In February 2014, eighty participants gathered at Columbia College, in downtown Chicago, in the two days leading up to the annual College Art Association (CAA) conference. This gathering was the second THATCamp to take place in conjunction with CAA’s annual conference (the first occurred at CAA 2013 in New York City). THATCamp, which stands for The Humanities and Technology Camp, is an “unconference” that is managed nationally by the Roy Rosenzweig Center for History and New Media (RRCHNM), George Mason University, in Fairfax, Virginia. Current THATCamp coordinator at the RRCHNM, Amanda French, participated in THATCamp CAA and helped to lead introductions and scheduling over the two-day event. The organizers of THATCamp CAA 2014 were Anne Swartz, Savannah College of Art and Design, and Michelle Millar Fisher, CUNY Graduate Center. The advisory committee consisted of Suzanne Preston Blier, Harvard University; Pamela Fletcher, Bowdoin College; Hussein Keshani, The University of British Columbia, Okanagan; Elizabeth Neely, Art Institute of Chicago; and Christine L. Sundt, Visual Resources. The topics and themes raised by the participants included publishing, teaching, research, archival practices, and knowledge dissemination, which demonstrated the fundamental interrelationship between the concerns of a “digital” audience and those of the “traditional” conference. The title of this paper indicates reflection on the event preparations and proceedings, an open-ended question to our peers, and a provocation based on the outcomes of THATCamp CAA 2014
For individuals – at all stages of professional achievement – who are engaged with the theory and practice of Digital Art History (DArtH?) in academic and museum contexts
An interview with three American historians of art on the the past, present, and future of digital art history.
Case study from the Getty’s digital art history team shows how modeling and machine learning are shedding light on the history of the art market.
There will be several Digital Art History/Digital Humanities sessions at the 2017 Renaissance Society of America annual conference (Chicago, March 30-April 1). Program (keyword searchable) at https://convention2.allacademic.com/one/rsa/rsa17/ . Especially noteworthy: Digital Humanities and Art History 1: Geomapping (Thursday 5/30 1:30-3pm) Digital Humanities and Art History 2: Network Visualization (Thursday 5/30 3:30-5pm); Critical Approaches to Digital Art […]
Special issue of Visual Resources http://explore.tandfonline.com/cfp/ah/gvir-cfp-digital-art-history-1q2017 In 2013, Visual Resources published a special issue devoted to Digital Art History. We recognize that since that date considerable activity has taken place in this area, which was then still in a phase of relative infancy. We feel that now is an opportune moment to assess what has […]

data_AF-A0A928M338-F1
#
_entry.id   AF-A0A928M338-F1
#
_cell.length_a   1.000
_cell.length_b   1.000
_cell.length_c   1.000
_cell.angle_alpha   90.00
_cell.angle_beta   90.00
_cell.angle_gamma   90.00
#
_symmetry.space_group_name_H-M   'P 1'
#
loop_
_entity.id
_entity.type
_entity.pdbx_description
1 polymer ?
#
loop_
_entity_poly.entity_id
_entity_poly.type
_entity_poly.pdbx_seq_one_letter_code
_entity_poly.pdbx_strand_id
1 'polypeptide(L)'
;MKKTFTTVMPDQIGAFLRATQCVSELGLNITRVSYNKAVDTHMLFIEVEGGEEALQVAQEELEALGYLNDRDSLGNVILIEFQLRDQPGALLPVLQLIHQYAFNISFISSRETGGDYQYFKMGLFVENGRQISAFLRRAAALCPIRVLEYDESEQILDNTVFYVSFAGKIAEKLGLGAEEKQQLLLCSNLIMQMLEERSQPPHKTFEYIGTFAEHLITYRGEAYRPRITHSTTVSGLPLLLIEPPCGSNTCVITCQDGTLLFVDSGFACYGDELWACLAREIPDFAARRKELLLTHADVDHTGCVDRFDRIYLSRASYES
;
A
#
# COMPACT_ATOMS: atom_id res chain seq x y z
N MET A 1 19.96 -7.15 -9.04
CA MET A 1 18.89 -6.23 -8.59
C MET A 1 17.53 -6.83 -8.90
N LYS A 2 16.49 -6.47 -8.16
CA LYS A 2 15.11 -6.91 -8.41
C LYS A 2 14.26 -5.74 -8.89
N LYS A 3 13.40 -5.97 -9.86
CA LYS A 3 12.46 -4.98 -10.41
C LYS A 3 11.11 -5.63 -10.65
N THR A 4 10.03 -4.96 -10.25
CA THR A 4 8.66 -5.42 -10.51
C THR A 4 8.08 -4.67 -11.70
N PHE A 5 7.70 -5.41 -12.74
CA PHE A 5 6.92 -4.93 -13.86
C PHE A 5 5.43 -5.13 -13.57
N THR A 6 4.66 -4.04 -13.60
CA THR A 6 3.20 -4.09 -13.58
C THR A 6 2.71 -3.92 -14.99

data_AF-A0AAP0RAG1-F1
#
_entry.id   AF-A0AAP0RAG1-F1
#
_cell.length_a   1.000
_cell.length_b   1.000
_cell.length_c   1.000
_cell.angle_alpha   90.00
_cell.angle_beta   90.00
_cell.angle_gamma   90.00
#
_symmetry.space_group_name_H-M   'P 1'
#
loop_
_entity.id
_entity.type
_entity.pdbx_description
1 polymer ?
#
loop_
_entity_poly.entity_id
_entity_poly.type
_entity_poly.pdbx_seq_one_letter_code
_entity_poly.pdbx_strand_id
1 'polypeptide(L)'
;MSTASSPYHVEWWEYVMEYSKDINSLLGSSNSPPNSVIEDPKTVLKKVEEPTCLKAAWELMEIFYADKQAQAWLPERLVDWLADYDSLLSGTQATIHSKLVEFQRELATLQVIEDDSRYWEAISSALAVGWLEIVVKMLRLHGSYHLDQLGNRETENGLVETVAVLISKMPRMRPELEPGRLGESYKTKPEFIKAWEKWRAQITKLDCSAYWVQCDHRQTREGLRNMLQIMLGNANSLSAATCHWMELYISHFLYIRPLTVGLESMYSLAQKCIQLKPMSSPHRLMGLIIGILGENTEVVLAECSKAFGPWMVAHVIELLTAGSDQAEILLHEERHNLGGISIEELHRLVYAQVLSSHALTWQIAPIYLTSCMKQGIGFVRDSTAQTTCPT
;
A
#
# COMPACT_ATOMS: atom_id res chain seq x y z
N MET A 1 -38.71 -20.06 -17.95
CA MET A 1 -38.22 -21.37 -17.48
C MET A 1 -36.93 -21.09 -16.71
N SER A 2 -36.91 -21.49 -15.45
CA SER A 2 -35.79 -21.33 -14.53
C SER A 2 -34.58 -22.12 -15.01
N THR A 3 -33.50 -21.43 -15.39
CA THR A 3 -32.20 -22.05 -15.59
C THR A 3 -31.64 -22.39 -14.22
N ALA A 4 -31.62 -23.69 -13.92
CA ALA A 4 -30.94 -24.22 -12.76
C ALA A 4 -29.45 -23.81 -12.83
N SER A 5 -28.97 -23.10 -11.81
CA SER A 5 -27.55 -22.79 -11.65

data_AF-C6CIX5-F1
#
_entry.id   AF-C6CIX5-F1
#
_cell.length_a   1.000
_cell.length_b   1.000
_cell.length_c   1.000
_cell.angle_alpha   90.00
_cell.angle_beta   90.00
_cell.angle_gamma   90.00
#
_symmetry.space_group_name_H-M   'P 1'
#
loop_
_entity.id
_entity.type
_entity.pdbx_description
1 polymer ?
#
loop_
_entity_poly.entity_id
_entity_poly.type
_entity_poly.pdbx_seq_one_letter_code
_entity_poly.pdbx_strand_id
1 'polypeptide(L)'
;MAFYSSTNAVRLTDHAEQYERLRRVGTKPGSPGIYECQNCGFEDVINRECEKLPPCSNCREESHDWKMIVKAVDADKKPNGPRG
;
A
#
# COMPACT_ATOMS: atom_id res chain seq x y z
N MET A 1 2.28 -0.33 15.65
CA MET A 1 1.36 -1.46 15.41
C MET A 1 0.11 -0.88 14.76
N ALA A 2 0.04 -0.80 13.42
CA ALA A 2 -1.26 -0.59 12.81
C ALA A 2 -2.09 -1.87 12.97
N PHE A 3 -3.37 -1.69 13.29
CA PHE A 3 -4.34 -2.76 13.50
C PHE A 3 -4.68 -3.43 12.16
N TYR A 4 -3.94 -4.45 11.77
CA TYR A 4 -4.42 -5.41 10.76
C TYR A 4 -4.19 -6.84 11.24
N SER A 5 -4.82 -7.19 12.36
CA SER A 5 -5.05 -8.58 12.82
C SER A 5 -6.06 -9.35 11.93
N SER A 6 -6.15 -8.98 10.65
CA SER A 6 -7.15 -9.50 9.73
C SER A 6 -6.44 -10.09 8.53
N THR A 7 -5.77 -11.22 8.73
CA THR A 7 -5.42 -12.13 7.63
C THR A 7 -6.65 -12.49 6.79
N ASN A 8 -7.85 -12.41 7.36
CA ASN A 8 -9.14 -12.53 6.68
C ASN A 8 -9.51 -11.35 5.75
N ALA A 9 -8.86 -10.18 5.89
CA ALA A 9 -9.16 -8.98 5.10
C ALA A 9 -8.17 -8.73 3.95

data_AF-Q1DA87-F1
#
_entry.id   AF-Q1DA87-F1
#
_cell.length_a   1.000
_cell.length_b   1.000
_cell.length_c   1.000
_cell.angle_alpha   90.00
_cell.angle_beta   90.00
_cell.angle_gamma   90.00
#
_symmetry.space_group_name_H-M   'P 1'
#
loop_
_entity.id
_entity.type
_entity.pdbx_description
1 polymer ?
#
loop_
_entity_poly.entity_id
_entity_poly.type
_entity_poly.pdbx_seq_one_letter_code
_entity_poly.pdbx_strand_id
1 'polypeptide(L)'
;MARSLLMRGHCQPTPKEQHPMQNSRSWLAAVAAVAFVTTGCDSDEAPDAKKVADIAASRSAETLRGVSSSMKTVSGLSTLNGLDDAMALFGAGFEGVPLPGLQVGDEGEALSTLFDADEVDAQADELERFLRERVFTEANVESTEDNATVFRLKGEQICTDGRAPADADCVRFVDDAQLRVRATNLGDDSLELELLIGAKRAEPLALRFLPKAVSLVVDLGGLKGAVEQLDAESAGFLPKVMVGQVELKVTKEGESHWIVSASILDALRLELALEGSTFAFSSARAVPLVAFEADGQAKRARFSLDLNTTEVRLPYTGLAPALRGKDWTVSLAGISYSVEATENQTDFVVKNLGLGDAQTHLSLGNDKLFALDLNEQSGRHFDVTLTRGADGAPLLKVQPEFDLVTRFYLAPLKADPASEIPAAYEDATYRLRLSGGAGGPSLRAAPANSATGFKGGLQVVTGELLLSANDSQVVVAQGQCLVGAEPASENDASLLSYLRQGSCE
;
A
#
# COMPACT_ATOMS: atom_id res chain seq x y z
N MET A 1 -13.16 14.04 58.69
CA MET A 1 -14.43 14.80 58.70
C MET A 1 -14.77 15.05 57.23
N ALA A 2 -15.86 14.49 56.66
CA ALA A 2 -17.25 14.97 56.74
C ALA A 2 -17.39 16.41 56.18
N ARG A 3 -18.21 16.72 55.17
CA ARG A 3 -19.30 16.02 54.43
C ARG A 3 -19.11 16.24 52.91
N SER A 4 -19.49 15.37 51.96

This storify features the conversation about digital art history, digital humanities, technology, and beyond hosted by Nathaniel Deines, project manager on the Getty’s digital art history squad.
Matthew is a Data Research Specialist at the Getty Research Institute, where he focus on data-driven research into the history of the art market as part of the Provenance Index Remodel Project. He earned his PhD in Art History at the University of Maryland, College Park in 2016, using computational analysis to explore the long-term changes in the organization of print designers, engravers, and publishers in the Netherlands between 1500–1700. He has previously worked as a curatorial fellow with the National Gallery of Art in Washington, DC, and as a graduate assistant in the Michelle Smith Collaboratory for Visual Culture in the University of Maryland’s Department of Art History and Archaeology. He has been a recipient of Kress and Getty Foundation grants for their summer institutes in digital art history, and served on the steering committee for the Kress and Getty-funded symposium Art History in Digital Dimensions at the University of Maryland in October 2016. He is a member of the College Art Association’s Student and Emerging Professionals Committee. In addition to conference papers at ADHO’s annual meeting, the College Art Association, and the Renaissance Society of America, his work has appeared in the International Journal for Digital Art History, British Art Studies, and Perspective: Actualité en histoire de l’art. He is also a contributor to The Programming Historian.
Lindsay Dupertuis is a Ph.D. candidate specializing in Italian Renaissance art and digital art history. Her research focuses on the intersection of the decorative arts and literary culture during the fifteenth and sixteenth centuries. More broadly, she is concerned with issues of gender, class, ability, and vernacular culture. Her dissertation project, in progress, utilizes a large dataset of istoriato maiolica to consider production practices and artist education in the duchy of Urbino and beyond. During the 2018-19 academic year, Lindsay will serve as a Graduate Curatorial Intern in the Dept. of Sculpture and Decorative Arts at the J. Paul Getty Museum. In the past, she has held internships at the National Gallery of Art and the Walters Art Museum.